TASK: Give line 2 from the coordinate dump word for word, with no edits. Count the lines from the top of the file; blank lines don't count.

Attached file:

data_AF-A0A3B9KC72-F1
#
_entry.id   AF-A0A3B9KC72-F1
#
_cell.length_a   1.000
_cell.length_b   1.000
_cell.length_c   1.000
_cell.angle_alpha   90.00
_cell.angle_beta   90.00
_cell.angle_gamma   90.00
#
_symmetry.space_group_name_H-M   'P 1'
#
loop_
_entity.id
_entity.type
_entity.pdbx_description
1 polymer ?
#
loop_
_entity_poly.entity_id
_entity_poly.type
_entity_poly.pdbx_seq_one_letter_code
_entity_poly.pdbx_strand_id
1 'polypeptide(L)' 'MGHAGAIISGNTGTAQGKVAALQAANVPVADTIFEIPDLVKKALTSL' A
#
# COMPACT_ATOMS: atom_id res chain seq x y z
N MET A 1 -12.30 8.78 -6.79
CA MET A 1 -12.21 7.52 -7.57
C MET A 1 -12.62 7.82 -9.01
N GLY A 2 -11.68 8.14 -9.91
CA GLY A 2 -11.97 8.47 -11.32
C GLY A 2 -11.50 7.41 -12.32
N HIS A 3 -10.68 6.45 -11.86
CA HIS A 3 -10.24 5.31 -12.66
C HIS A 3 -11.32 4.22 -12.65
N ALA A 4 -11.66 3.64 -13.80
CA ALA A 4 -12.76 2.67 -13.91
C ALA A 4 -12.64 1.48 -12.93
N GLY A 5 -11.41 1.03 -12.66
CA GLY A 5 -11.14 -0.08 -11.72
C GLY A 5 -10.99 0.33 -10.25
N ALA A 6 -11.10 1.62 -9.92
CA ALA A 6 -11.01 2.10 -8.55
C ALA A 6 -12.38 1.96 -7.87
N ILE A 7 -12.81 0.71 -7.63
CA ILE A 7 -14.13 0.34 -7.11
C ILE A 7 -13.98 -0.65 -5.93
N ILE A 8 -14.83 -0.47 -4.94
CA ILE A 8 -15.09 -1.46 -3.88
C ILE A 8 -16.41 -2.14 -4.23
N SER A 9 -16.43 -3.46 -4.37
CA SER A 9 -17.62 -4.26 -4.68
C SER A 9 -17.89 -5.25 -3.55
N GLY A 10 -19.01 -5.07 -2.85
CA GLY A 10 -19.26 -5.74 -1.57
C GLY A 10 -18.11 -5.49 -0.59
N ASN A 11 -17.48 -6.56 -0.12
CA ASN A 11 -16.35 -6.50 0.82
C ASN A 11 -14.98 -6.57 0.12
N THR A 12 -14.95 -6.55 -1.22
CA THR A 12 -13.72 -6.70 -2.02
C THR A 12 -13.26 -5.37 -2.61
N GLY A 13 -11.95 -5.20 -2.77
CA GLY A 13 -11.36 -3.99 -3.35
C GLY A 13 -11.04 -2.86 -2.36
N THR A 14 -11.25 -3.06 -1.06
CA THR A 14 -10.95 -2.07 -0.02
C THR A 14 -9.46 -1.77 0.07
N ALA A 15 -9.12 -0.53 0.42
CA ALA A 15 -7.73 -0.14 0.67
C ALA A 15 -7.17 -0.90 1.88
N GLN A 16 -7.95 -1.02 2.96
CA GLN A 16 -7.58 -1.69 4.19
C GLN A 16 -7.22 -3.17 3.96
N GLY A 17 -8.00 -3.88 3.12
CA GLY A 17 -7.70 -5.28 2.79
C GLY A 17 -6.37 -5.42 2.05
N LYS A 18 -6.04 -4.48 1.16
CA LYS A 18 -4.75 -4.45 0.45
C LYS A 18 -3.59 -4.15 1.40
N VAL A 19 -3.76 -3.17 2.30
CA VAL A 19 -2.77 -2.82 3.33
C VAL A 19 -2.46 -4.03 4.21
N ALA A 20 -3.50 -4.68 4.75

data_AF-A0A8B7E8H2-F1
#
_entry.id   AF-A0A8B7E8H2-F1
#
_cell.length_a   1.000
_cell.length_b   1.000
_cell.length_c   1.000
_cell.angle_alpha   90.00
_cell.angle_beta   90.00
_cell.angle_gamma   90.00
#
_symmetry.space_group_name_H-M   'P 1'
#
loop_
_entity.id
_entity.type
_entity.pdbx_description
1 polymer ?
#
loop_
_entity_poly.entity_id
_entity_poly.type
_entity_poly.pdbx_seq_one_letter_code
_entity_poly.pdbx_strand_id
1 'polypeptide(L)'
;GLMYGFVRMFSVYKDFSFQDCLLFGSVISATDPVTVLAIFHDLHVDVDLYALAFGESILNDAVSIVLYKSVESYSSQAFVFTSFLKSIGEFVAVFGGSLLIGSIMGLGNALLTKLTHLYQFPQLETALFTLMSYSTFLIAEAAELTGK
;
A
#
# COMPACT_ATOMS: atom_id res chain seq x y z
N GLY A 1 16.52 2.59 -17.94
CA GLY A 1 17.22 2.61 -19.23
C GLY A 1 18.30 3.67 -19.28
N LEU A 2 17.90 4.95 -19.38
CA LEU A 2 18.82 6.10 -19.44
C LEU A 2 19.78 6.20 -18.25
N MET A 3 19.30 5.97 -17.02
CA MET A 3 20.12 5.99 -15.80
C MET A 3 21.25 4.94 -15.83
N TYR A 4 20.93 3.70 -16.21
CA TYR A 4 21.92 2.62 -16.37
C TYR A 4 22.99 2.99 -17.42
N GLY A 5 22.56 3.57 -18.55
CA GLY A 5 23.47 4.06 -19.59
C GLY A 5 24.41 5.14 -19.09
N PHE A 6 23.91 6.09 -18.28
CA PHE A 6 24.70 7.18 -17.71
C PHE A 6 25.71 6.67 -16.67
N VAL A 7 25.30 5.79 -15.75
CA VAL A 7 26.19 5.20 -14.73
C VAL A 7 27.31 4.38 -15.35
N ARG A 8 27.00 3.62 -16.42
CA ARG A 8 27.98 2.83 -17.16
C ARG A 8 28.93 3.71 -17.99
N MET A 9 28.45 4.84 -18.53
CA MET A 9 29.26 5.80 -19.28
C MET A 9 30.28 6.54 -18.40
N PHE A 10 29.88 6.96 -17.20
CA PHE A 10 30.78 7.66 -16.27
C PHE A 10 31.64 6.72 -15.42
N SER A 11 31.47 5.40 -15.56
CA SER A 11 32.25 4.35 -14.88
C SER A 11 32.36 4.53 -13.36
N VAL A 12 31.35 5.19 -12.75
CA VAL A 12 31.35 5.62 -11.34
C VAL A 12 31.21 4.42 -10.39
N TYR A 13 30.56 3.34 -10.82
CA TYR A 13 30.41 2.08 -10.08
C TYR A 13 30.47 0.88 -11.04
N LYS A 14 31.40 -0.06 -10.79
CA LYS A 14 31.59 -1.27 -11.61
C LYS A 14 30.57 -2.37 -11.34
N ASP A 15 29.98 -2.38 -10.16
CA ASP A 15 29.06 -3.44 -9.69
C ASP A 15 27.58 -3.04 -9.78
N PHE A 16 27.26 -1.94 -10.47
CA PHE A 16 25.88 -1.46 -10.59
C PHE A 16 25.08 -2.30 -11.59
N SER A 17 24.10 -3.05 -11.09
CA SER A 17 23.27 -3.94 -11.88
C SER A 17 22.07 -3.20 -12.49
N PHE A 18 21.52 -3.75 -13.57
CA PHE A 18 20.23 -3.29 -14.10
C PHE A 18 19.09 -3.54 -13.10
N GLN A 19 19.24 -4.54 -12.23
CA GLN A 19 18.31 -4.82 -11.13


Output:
#